My guest today, A. C. Rose, is a journalist and the author of several erotic romance novellas, across multiple romance genres. This is the first time a collection of novellas have been featured here. There are times when a shorter story is just what we want in order to get our romance fix when on a tight schedule. And those shorter romances may be just the thing if one takes Rose’s suggestion to share them with your significant other as a way to switch things up in your personal romance. Be generous, don’t keep your romance stories to yourself, share them with your partner and see where they can take you.
Please welcome my guest, A. C. Rose . . .
My guest today is Catherine Chant, whose most recent book is Wishing You Were Here. It is the first in her Soul Mates series and is a young adult time travel romance in which the heroine is transported back in time to save the life of a young musician. But we have all heard those dire warnings about not interfering with history if we should happen to travel back in time. How will things go for this heroine and her hero?
Until you can get your copy of the book, you can learn more about Catherine from her interview . . .
The emergency room is the last place on earth you would expect to find romance. That is what the hero of In His Corner by Vina Arno thinks. But Tommy Raines, an Olympic gold-medalist boxer known as the Juggernaut, falls head over heels for the beautiful doctor who stitches up his cut. Their singular encounter in the ER leads to a passionate but rocky romance.
In His Corner in the limelight . . .
Today’s guest post, featuring romance author Susana Ellis, is very special. In this bicentennial year of the Battle of Waterloo, Susana had the idea of a romance with that momentous event as a back-drop. It was such a good idea that other romance authors joined in, and the result is a lively new Regency romance anthology, Beaux, Ballrooms, And Battles. Today’s post also marks another milestone here, since Susana is offering a very nice giveaway to readers. But this giveaway ends tomorrow, so don’t wait to enter.
In addition to all of that, Susana is also sharing her research on the lives of the women who followed the drum during the Allied campaigns on the Iberian Peninsula to drive out the French and free Spain from the grip of Bonaparte. Once you have read Susana’s article, dare I suggest that you would prefer to be the heroine in her romance rather than one of the women whose lives she researched?
Today, I am very pleased to host author Ruth Kaufman, whose new medieval romance novel, Follow Your Heart, is being released today. This is an important day for Ruth, since Follow Your Heart is the second book in her Wars of the Roses Brides series. Today also marks something of a milestone here, since Ruth is the first of my guests who has chosen to do an interview. I think she has chosen an interesting set of questions, and I believe you will be both enlightened and impressed by her answers.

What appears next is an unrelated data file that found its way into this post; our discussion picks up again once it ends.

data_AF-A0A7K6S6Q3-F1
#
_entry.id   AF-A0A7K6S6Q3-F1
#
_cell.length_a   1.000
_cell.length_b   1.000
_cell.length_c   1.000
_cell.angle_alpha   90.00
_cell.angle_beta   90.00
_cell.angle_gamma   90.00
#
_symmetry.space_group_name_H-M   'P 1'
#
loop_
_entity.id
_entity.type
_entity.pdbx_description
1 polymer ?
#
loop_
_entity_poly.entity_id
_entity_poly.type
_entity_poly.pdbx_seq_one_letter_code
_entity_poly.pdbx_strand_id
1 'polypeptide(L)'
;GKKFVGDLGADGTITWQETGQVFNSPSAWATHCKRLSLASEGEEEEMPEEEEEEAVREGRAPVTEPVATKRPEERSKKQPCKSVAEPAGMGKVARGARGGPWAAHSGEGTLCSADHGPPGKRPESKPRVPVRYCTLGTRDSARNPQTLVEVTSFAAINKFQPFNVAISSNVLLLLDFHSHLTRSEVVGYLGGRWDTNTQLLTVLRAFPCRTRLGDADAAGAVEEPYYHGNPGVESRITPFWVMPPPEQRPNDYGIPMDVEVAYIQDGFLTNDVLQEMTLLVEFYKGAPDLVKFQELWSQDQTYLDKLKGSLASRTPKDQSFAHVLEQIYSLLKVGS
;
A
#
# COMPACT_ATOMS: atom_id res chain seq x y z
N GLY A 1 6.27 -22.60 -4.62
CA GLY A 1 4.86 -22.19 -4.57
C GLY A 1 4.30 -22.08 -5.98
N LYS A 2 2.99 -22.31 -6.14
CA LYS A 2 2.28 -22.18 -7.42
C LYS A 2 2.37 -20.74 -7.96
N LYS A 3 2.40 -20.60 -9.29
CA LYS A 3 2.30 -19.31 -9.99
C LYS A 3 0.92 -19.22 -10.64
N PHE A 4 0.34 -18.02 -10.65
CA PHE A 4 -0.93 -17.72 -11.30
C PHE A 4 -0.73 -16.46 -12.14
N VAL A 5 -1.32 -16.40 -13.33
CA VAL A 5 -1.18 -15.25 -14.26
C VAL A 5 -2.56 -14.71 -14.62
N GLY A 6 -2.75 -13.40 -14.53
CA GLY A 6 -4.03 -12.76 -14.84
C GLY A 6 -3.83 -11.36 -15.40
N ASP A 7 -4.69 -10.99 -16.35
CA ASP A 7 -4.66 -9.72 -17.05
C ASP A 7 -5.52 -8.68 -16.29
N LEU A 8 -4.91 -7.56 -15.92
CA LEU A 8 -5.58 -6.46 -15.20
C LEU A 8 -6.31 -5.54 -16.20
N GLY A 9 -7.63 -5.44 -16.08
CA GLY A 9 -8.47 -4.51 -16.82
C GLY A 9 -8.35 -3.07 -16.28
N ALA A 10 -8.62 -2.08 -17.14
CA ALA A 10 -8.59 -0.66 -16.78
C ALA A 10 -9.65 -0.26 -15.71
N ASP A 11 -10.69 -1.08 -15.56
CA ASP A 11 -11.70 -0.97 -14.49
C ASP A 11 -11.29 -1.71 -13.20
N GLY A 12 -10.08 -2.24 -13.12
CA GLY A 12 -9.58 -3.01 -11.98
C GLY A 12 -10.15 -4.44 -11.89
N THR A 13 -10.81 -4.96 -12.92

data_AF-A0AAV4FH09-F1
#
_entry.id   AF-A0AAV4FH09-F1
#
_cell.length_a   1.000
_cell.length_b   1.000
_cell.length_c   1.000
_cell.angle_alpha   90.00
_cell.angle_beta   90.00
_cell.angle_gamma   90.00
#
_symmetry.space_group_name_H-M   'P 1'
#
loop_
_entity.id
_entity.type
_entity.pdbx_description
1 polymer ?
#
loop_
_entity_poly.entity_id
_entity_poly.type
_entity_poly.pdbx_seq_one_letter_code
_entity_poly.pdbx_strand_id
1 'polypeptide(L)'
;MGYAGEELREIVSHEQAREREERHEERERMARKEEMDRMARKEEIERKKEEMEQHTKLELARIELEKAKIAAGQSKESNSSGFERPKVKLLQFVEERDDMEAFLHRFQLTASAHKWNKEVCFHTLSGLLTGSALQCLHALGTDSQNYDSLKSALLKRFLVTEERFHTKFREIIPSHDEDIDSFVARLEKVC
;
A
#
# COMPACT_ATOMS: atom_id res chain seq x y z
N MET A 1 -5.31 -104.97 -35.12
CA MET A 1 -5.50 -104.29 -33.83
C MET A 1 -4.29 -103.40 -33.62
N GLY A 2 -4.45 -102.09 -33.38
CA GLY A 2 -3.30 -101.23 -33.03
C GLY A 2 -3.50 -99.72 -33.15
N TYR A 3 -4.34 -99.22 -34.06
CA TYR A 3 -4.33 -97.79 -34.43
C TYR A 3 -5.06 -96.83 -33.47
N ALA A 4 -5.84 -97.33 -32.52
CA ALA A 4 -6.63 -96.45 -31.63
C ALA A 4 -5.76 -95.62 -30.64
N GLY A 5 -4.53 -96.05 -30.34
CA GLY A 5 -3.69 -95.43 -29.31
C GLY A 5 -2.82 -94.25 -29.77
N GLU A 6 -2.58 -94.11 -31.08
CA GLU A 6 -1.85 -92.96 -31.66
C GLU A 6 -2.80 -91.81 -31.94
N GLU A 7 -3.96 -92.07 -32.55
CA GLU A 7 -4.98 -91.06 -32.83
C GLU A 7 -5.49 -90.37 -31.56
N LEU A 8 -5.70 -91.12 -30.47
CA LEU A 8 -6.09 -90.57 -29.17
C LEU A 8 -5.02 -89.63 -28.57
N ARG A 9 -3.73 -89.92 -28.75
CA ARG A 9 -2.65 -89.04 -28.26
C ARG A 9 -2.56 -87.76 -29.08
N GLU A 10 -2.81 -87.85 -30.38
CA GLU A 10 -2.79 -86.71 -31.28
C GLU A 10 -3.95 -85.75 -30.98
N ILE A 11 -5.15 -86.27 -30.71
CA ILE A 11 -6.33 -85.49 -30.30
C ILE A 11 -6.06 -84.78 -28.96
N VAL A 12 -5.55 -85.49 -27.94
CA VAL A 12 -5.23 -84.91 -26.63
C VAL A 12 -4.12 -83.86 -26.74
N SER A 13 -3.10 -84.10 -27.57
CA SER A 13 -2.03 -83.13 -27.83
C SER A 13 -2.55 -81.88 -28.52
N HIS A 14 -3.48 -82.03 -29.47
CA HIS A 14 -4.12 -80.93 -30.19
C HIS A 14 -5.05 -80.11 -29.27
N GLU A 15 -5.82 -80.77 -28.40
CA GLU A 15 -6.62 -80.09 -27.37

Please welcome my guest, romance author Ruth Kaufman . . .
Late last week, news came that HarperCollins Publishers were planning to challenge Amazon over the renewal of their contract with the book-selling monster. This past fall, after a fierce and public battle, the large publishing house, Hachette, won the right to set the prices for their books, rather than surrendering that right to Amazon. Some industry watchers believe that HarperCollins will pull all of their books from the Amazon web site if they are not able to strike a satisfactory deal for the new contract. If that should happen, it would significantly reduce the inventory of books available at Amazon, since HarperCollins is one of the world’s largest publishers. Readers of romance novels may, or may not, recognize the parent company name, but all of them will recognize Avon and Harlequin, both of which are currently owned by HarperCollins.
This could be bad news for Amazon, since HarperCollins is already set up to sell eBooks via their own web site and has made deals with both Scribd and Oyster. It has been suggested by some publishing experts that if HarperCollins does a new deal with Amazon, their terms will include access to the online bookseller’s customer data. Such information would be of tremendous value to the publisher, since it will give them more detailed profiles of those who are buying their books.
Should they gain access to that customer information, will HarperCollins use it not only to sell their books to consumers, but will they also use it to determine which books they will publish? Might they also use that same information to direct how the books they publish should be written? Which begs the question, will inspiration and craft be replaced by data sets provided to authors?
More details about the HarperCollins Publishers deal with Amazon can be found at these sources:
For the first time, the limelight falls on a boxed set of Regency romances. And not just any Regencies. This is a set of three romances, set during the Napoleonic Wars, in which determined ladies and courageous gentlemen risk all for king and country, and for love. How will each heroine, and her hero, foil the nefarious plots of French spies while confronting their own powerful passions?
The Code Breaker Series Box Set in the limelight . . .